Myanmar Investment Update: Financial Incentives, Myanmar-EU Investment Protection Agreement, and a New Stock Exchange

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Flag_of_Myanmar.svgBy Edward Barbour-Lacey

As Myanmar continues the process of opening up and liberalizing its economy, there have been a number of changes in the level of foreign investment that the country has been receiving. This has occurred in part due to the various new rules and regulations that the government has promulgated in its attempt to improve the country’s business environment.

In order to attract investment, Myanmar’s government has worked to improve its investment atmosphere through such measures as updating its legal structure and investment law, as well as modernizing its infrastructure. In particular, with regards to investment, the country has combined two of its investment laws – the Foreign Investment Law and Myanmar Citizens Investment Law.

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Although a range of investment sectors have been opened up within the country, the majority of the FDI flowing into Myanmar continues to focus upon natural resource-based industries, particularly the hydropower, natural gas, and mining sectors.

While investment has steadily continued to pour into the Southeast Asian country, Myanmar’s government has become concerned that the number of investor incentives offered has been “excessive”. Furthermore, the government is concerned that the current incentives could be taken advantage of by “irresponsible” investors. Therefore, it is expected that, by the end of this year, the level of incentives will be reduced.

Among the items expected to be on the chopping block is the tax relief provided to certain imported automobiles – which will be removed. In addition, the government will impose a requirement that the amount of duty-free raw materials brought into the country must be vetted by a non-governmental organization.

According to President Thein Sein’s top economic adviser, Aung Tun Thet, in 2014 Myanmar attracted a record US$8 billion of investment and the country has set an ambitious goal of attracting US$10 billion to $12 billion annually by 2020. According to the Directorate of Investment and Company Administration, FDI worth US$2.9 billion has been approved for the 2015-16 fiscal year.

Myanmar-European Union Investment Protection Agreement

The Myanmar-European Union Investment Protection Agreement is expected to become operational by early 2016. The agreement will set up a legally binding level of protection for private investment in Myanmar and all 28 European Union (EU) members.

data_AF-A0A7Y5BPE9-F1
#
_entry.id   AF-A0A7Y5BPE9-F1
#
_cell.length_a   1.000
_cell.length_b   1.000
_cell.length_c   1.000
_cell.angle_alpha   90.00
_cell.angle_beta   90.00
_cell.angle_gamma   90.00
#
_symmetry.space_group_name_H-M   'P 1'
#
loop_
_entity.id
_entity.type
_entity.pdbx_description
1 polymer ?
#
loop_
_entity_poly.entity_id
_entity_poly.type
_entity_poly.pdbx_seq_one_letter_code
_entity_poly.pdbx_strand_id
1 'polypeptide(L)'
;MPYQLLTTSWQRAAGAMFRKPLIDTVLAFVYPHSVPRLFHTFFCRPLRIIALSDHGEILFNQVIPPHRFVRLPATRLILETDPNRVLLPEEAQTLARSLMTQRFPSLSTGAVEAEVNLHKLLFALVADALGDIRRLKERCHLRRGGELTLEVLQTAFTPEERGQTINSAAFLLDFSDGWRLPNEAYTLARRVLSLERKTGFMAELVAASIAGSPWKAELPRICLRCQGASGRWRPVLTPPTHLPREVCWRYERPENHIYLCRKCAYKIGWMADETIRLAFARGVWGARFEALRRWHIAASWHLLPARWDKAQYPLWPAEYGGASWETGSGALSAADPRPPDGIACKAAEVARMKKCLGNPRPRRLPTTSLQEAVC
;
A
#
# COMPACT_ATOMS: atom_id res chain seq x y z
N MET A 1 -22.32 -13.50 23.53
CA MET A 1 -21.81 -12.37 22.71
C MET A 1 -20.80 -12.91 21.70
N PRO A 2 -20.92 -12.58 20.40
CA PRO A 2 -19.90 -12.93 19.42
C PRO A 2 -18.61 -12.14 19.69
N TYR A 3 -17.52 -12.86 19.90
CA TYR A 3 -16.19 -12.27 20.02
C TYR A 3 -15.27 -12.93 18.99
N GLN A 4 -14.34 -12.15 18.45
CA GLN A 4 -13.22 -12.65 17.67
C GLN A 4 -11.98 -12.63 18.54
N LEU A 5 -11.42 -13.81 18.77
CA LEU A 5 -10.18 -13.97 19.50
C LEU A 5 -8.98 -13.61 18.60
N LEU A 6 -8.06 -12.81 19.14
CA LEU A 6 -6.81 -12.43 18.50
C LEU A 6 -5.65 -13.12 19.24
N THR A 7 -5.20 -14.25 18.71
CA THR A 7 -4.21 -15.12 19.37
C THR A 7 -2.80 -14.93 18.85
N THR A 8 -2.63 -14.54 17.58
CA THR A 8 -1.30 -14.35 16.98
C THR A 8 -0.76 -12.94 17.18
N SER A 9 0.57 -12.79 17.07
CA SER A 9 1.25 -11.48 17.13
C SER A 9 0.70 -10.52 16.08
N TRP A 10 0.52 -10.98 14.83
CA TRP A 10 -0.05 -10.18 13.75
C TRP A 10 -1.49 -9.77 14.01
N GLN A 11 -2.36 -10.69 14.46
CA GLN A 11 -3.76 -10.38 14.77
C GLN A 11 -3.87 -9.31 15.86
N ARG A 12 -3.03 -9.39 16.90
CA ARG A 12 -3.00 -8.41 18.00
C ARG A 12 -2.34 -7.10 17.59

The first round of negotiations on the agreement took place in February of this year; the second round occurred in May, the next round is tentatively schedule for December.

According to U Aung Naing Oo, director general of Myanmar’s Directorate of Investment and Company Administration, the increased FDI “creates jobs for [Myanmar] citizens, allows us to export more and will transfer technology to our citizens, but the firms must have quality ethics. We predict we will attract this kind of company. Most EU firms usually match with the local criteria we need.” The agreement will also protect Myanmar investors who wish to enter the European markets.

Currently, the EU has a trade surplus with Myanmar. In 2014, the EU exported around 494 million euros (US$553 million) worth of goods to the country, while only importing 392 million euros worth.

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Since 1998, the United Kingdom has been the fourth largest approved investor into Myanmar, amounting to US$3.4 billion. The Netherlands and France are the next largest European investors, holding the eighth (US$747 million) and eleventh (US$537 million) positions respectively.

New stock exchange planned

Myanmar is also seeking to improve its financial markets. A new bourse, the first of its kind in the country, is scheduled to open in December of this year. The Yangon Stock Exchange (YSX) is being developed in partnership with two Japanese firms, the Daiwa Institute of Research Ltd, which holds a 30.25 percent stake, and the Japan Exchange Group, with an 18.75 percent stake. As a result of the opening of the new exchange, all existing over-the-counter (OTC) markets will be made illegal.

It has been recently announced that all transactions on the soon to be opened YSX will be commercially taxed.


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